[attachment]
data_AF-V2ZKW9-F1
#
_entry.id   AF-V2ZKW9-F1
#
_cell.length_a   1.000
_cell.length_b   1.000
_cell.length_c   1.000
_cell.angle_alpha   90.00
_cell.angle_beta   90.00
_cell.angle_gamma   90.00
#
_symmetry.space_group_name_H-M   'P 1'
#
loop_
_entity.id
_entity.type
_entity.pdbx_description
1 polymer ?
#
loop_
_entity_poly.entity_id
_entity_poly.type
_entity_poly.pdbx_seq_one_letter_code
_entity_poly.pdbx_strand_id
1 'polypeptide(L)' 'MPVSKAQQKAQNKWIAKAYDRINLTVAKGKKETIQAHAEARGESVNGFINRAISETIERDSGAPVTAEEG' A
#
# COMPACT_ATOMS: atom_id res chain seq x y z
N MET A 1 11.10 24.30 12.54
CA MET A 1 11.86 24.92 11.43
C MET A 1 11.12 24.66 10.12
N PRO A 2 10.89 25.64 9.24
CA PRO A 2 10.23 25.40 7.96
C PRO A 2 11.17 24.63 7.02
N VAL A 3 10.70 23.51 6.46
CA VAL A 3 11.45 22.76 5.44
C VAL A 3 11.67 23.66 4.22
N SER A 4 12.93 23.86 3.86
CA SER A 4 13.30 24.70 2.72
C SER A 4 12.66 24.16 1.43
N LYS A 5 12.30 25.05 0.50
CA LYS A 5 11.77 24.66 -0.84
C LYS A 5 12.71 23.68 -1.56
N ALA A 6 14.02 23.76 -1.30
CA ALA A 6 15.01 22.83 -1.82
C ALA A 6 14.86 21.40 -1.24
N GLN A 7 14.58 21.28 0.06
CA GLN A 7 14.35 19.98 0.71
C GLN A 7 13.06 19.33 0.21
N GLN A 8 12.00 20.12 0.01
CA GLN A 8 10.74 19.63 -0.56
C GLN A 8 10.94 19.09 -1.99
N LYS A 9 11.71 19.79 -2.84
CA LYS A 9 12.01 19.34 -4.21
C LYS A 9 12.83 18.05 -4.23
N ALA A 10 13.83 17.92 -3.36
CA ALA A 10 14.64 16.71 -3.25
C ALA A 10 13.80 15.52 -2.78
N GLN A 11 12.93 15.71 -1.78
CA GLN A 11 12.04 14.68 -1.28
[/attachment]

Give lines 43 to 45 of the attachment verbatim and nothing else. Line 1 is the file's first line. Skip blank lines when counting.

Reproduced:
N ALA A 6 14.02 23.76 -1.30
CA ALA A 6 15.01 22.83 -1.82
C ALA A 6 14.86 21.40 -1.24